South Africa has one of the most diverse varieties of birds of prey found anywhere in the world. Even though 81 raptor species live alongside us every day, most people are unaware that they even exist, or that many human activities actually threaten their survival. Just under a quarter of these magnificent birds are now listed in the Red Data Book as rare, threatened or endangered. Active conservation management is required to ensure their survival. Established in 2005, the African Raptor Trust (ART) is a non-governmental, non-profit organization that supports this cause. ART provides the legal and financial framework for all non-profit work undertaken, thus ensuring project continuity and professionalism.
The ART offices are based at the African Raptor Centre in KwaZulu-Natal. The African Raptor Trust currently supports 4 vital aspects of raptor conservation;
- the rescue and rehabilitation of injured or sick birds of prey,
- raptor education and public awareness outreach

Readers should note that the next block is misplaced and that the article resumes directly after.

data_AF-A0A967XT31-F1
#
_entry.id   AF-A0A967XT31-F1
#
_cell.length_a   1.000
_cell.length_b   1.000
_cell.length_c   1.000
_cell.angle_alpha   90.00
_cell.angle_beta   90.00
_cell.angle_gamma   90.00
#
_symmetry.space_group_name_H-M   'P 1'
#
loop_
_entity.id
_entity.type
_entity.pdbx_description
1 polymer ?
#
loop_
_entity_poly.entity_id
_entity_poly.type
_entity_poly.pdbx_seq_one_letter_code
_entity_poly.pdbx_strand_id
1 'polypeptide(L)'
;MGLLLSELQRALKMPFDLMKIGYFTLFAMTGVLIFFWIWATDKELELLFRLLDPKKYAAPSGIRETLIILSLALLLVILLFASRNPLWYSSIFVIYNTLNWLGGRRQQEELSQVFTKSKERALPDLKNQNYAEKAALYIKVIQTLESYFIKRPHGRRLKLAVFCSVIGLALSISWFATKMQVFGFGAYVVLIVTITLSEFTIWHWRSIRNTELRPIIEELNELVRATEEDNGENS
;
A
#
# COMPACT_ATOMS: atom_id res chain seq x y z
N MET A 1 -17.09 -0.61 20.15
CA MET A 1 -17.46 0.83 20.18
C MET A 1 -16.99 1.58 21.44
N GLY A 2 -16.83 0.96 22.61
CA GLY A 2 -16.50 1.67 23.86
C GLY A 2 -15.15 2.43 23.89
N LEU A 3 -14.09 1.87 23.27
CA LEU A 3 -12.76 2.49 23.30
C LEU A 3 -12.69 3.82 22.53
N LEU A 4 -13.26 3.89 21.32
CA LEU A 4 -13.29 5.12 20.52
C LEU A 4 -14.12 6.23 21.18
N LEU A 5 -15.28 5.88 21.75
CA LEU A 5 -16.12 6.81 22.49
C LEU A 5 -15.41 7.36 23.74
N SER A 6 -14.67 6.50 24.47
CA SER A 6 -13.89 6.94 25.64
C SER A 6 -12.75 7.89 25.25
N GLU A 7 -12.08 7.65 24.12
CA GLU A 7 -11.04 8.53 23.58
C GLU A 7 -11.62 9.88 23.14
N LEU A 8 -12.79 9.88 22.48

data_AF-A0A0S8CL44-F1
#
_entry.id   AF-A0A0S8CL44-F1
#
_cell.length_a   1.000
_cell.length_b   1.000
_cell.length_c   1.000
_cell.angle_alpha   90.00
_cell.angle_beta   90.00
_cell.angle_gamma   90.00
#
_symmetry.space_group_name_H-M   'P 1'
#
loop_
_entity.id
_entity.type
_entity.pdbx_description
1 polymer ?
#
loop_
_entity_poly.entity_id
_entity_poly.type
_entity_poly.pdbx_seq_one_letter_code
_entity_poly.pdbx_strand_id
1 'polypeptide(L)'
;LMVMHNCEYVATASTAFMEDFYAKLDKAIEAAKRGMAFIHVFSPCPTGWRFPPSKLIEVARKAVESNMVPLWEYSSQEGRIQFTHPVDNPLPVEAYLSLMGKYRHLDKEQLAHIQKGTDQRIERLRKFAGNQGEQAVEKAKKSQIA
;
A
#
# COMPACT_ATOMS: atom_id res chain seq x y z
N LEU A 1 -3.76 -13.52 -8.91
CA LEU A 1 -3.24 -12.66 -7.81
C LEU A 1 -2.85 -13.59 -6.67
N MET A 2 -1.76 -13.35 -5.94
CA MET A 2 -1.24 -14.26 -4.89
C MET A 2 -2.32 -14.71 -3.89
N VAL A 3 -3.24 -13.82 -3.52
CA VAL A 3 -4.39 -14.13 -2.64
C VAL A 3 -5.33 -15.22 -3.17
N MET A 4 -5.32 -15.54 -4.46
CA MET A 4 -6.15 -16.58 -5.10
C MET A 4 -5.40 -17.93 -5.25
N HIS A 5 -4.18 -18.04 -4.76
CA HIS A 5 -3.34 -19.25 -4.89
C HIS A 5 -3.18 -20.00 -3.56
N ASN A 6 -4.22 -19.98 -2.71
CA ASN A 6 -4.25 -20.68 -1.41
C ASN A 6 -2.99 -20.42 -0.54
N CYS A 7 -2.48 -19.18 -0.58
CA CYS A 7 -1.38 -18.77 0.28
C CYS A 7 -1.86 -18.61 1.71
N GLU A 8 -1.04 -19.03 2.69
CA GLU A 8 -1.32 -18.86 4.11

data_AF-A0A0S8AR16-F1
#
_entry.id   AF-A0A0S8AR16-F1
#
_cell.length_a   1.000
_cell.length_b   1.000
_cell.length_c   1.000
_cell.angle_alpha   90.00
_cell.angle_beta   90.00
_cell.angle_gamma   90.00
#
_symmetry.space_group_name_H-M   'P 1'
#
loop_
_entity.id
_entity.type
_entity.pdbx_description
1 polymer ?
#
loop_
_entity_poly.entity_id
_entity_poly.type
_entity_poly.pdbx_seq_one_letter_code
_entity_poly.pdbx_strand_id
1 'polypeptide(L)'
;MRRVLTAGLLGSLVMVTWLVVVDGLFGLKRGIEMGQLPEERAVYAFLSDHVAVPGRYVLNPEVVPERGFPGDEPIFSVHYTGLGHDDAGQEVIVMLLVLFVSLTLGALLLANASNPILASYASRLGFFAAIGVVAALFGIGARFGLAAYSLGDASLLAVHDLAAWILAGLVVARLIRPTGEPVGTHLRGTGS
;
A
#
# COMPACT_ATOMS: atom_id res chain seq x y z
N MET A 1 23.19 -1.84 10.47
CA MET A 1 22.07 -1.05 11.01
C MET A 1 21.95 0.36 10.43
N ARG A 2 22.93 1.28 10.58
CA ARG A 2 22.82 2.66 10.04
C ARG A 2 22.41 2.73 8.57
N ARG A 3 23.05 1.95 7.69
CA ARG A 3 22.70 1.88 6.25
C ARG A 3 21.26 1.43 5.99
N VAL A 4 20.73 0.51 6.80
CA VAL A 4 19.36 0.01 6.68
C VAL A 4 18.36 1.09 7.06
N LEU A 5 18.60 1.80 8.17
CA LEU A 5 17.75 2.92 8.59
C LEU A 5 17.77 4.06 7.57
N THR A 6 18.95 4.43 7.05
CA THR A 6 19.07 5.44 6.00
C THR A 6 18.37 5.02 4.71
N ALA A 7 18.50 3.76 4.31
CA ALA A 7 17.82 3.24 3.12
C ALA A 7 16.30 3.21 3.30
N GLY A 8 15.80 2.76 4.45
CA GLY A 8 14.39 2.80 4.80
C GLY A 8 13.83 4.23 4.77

- raptor research
- and conservation breeding
Birds of prey are important as indicators of environmental stability. Being at the top of the food chain, their presence in a habitat shows that all the lower elements of that ecosystem are intact. A healthy environment is as important to us humans as it is to raptors. So by taking measures to protect these birds, we are in fact ensuring the sustainability of our own living requirements.
The work of the African Raptor Trust has, thus far, been to:
1) Develop Raptor Rescue, a specialist bird of prey rehabilitation unit. Because of the threatened status of many raptor species, conflict casualties need to be actively treated. To this end a dedicated raptor treatment facility has been developed and approximately 150 birds of prey are treated annually. Raptor Rescue and head veterinarian Dr Oliver Tatham are now leaders in the field of African raptor veterinary and rehabilitation practice.
2) Found the Bearded Vulture Breeding Programme. This is a collaborative conservation effort to collect the seconds eggs from the high mountain nests of these critically endangered birds. Hatched and raised in captivity, the progeny of this captive group will then be released to supplement the dwindling wild population.
The African Raptor Trust also seeks to prevent the factors that actually threaten raptors by increasing public awareness and undertaking formal youth environmental education about birds of prey. This takes place primarily at the African Raptor Centre, which is located just off the N3 highway, within easy access of both KZN’s major cities.